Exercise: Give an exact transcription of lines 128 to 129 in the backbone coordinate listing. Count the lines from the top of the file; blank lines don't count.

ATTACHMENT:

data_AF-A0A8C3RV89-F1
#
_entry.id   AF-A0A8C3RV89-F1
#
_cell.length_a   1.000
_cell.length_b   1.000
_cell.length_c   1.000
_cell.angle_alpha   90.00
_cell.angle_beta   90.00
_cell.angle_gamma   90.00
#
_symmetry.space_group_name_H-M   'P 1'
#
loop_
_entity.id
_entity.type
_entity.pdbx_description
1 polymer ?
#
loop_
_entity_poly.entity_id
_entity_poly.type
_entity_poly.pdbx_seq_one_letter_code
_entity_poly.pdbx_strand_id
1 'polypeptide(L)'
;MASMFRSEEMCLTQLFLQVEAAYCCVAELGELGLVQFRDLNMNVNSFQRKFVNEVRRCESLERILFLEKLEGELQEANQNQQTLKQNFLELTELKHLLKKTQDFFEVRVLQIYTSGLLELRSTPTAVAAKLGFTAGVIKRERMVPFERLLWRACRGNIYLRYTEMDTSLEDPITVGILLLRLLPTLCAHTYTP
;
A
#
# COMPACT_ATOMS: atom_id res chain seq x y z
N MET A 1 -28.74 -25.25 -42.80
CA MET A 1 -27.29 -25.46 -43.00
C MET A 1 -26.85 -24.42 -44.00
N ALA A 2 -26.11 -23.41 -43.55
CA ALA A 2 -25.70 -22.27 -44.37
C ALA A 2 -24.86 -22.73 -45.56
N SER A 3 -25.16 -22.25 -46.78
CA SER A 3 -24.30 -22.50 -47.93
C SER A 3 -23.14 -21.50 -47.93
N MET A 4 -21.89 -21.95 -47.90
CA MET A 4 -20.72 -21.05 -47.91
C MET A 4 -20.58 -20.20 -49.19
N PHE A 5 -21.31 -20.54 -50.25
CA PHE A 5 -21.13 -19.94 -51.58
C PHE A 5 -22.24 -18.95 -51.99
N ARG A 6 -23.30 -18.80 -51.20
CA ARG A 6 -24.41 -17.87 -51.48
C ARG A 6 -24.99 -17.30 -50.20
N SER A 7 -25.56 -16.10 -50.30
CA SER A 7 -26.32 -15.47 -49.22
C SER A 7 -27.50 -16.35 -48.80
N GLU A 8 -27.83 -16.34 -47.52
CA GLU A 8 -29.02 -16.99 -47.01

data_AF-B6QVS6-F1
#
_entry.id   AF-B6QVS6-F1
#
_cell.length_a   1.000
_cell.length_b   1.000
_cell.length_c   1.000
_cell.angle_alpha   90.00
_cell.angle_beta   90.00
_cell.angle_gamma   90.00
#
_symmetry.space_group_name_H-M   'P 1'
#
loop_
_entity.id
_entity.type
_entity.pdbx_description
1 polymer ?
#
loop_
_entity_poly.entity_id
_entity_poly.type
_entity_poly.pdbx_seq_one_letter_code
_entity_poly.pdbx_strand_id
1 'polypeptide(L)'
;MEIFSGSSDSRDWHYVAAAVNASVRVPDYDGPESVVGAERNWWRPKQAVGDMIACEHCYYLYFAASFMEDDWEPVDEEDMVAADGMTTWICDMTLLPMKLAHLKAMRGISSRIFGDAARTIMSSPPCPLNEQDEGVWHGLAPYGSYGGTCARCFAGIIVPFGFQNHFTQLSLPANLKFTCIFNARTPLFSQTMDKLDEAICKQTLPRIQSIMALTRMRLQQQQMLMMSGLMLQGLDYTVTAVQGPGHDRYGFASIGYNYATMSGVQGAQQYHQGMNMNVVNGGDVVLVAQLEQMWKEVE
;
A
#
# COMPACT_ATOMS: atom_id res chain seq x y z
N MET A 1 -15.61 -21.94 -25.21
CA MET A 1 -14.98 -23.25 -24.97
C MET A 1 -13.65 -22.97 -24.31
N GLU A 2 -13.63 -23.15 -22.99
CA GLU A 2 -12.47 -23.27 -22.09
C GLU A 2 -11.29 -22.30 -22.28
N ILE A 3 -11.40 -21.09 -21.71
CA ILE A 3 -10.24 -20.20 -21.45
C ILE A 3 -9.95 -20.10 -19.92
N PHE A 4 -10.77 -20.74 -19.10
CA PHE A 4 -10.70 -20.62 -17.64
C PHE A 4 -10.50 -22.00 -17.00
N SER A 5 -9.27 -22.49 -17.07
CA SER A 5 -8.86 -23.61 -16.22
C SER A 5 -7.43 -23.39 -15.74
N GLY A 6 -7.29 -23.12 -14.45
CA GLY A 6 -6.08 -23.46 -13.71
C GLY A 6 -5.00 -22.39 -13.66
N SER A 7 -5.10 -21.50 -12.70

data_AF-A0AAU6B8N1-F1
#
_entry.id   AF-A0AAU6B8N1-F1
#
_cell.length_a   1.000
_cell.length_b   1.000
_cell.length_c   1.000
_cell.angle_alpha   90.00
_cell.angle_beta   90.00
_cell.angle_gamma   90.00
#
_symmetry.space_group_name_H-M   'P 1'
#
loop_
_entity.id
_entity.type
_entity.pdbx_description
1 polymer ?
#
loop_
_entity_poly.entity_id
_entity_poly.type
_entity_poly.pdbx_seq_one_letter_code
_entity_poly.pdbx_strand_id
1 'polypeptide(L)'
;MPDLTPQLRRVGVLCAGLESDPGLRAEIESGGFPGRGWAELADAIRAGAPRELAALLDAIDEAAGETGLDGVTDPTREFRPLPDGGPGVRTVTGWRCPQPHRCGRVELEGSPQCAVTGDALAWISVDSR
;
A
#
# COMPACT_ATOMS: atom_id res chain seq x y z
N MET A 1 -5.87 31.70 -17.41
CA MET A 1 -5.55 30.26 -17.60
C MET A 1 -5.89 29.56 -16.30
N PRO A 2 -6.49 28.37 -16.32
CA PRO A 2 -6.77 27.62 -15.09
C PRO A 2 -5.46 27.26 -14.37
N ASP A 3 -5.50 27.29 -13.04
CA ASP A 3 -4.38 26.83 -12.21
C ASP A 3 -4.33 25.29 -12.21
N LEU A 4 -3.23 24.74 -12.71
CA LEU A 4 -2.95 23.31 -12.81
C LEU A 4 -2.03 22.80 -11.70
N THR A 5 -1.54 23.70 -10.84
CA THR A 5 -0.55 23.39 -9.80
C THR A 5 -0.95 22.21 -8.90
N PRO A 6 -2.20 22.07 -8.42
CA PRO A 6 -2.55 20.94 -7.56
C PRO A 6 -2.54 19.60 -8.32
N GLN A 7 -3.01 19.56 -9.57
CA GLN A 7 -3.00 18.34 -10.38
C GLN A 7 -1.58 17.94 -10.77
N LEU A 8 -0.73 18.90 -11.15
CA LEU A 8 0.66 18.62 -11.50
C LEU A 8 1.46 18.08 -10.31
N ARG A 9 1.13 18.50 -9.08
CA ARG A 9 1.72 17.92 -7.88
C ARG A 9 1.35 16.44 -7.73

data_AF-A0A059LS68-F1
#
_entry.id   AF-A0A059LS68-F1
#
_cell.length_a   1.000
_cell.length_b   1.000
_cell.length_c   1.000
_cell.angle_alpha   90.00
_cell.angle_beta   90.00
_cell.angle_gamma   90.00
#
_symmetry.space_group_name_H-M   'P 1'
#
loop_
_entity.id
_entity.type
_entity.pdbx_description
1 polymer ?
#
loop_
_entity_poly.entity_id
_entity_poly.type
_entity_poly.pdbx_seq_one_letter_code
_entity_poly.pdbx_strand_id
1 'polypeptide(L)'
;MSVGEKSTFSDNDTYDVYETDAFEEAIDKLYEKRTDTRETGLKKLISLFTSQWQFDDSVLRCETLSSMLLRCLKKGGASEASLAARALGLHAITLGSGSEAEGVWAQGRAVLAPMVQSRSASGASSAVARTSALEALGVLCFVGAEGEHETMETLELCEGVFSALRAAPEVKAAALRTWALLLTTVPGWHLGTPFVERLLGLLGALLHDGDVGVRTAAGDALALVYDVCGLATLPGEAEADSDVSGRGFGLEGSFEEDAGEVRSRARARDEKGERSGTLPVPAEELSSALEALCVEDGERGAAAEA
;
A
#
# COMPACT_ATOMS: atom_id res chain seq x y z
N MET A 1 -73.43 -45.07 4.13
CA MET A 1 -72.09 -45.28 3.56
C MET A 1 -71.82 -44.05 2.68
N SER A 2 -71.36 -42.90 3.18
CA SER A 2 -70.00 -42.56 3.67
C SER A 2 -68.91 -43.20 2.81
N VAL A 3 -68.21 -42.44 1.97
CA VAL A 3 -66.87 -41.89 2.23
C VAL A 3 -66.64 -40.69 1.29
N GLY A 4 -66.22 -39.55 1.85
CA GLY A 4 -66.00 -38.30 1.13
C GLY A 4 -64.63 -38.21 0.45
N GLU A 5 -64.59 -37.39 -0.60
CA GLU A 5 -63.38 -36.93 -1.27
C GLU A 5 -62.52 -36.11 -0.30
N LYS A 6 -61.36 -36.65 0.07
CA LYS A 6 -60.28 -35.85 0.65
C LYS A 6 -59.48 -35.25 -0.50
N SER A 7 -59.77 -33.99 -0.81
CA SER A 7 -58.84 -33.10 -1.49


;MPDLTPQLRRVGVLCAGLESDPGLRAEIESGGFPGRGWAELADAIRAGAPRELAALLDAIDEAAGETGLDGVTDPTREFRPLPDGGPGVRTVTGWRCPQPHRCGRVELEGSPQCAVTGDALAWISVDSR
;